Light as Medicine: Niels Finsen’s Phototherapy

Stephen R. Wilk

The inventor of the Finsen light made strides in understanding the effects of ultraviolet light in the treatment of disease.

figureFinsen light being used to treat lupus vulgaris patients. [Wellcome Library, London. Wellcome Images (CC BY 4.0)]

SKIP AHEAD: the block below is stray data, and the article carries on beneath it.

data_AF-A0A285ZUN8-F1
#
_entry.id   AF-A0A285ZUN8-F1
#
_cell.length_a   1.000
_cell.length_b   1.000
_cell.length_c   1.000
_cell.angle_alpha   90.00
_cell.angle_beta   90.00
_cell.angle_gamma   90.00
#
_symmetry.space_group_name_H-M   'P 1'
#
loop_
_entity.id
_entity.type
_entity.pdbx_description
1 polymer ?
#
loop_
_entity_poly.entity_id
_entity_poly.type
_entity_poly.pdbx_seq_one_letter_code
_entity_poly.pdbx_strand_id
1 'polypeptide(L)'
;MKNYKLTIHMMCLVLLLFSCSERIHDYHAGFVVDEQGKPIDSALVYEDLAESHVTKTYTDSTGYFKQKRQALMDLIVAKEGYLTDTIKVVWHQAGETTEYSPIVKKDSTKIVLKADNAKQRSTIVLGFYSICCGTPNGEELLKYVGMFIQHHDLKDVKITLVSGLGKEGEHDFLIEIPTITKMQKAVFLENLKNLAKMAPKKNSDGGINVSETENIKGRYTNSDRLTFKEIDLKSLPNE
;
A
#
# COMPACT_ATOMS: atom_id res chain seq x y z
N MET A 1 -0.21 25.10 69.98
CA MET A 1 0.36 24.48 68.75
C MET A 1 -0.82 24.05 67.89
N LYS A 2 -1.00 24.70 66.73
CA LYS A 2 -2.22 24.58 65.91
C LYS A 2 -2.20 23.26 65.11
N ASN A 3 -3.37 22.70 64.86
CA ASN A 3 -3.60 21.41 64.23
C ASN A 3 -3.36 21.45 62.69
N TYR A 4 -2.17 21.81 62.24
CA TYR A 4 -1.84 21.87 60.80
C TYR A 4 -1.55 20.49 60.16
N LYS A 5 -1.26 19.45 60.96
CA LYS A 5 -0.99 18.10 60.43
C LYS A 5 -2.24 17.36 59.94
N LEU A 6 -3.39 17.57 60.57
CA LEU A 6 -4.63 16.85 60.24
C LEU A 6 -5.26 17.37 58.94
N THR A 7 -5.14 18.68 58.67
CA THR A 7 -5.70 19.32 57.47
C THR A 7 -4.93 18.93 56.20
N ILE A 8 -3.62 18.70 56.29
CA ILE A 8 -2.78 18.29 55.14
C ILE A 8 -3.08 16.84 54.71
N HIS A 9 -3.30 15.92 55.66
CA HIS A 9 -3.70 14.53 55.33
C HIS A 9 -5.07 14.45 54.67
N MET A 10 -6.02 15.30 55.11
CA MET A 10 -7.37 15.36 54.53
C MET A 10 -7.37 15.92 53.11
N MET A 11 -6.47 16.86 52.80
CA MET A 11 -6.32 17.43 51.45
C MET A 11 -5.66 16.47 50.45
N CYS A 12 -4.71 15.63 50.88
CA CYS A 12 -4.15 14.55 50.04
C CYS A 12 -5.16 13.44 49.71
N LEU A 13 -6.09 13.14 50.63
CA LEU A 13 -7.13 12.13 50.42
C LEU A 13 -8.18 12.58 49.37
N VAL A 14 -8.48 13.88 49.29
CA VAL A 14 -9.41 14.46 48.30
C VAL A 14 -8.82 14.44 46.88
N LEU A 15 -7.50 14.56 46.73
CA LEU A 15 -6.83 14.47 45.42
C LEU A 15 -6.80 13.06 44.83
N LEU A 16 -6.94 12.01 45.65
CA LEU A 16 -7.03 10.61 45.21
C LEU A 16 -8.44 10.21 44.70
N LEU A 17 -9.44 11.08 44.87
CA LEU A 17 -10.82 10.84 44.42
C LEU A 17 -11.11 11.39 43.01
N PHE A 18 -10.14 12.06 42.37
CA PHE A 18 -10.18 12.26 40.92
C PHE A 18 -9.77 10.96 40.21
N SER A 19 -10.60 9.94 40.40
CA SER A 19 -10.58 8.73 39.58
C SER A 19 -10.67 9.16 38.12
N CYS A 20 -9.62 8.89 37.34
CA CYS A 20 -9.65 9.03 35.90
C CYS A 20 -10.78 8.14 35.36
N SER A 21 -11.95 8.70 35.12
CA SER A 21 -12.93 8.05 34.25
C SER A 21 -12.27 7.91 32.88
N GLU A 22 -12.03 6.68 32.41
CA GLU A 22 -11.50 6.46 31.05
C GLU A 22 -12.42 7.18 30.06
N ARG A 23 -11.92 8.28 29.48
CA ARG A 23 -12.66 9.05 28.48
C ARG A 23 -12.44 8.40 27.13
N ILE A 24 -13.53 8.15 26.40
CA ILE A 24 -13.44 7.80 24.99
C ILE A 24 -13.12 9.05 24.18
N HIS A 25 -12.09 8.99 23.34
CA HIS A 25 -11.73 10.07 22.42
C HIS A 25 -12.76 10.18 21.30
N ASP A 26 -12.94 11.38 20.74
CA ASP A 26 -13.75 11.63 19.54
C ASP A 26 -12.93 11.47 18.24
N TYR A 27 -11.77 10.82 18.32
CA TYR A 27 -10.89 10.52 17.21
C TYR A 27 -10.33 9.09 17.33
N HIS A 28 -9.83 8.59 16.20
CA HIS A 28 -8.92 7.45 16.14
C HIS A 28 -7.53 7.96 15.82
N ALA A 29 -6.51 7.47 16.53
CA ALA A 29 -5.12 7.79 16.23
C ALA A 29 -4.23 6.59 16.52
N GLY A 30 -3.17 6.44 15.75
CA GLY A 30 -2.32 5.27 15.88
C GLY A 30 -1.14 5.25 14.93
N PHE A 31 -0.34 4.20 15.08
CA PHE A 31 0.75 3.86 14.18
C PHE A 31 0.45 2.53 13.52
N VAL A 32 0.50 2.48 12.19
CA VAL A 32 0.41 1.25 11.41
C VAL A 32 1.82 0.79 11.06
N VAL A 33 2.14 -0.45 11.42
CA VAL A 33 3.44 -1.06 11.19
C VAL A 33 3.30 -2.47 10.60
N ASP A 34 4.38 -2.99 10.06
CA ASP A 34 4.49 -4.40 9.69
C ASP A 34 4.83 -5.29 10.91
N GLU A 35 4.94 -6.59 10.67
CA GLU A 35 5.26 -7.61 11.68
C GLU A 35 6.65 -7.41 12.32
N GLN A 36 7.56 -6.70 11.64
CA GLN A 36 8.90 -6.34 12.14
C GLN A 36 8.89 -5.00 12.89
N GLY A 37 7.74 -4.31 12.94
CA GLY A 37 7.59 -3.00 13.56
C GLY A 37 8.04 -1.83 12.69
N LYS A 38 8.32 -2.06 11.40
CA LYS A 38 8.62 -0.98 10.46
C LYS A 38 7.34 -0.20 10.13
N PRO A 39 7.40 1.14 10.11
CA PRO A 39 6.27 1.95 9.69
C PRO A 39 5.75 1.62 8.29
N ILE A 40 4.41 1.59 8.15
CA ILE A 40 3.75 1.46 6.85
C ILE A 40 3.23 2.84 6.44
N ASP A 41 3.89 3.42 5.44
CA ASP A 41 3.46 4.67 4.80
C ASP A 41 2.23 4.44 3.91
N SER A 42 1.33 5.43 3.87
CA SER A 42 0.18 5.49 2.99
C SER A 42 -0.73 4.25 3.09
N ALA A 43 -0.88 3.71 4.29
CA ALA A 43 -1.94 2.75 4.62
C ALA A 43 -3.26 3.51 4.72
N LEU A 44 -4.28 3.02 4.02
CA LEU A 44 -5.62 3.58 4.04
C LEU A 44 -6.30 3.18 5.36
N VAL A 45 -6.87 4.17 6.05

Around 1870, a young Niels Ryberg Finsen carefully carved his initials in a boulder outside Tórshavn, the capital city of the Faroe Islands, located far north of Scotland in the North Sea. His father Hannes, originally from Iceland, had been appointed landfoged (sheriff and revenue collector) to the region and in 1871 would become Amtmand (Prefect). After Finsen’s early education in Tórshavn, he attended boarding schools in Denmark and Iceland before enrolling at the University of Copenhagen, Denmark. He became first an anatomist and later a professor.

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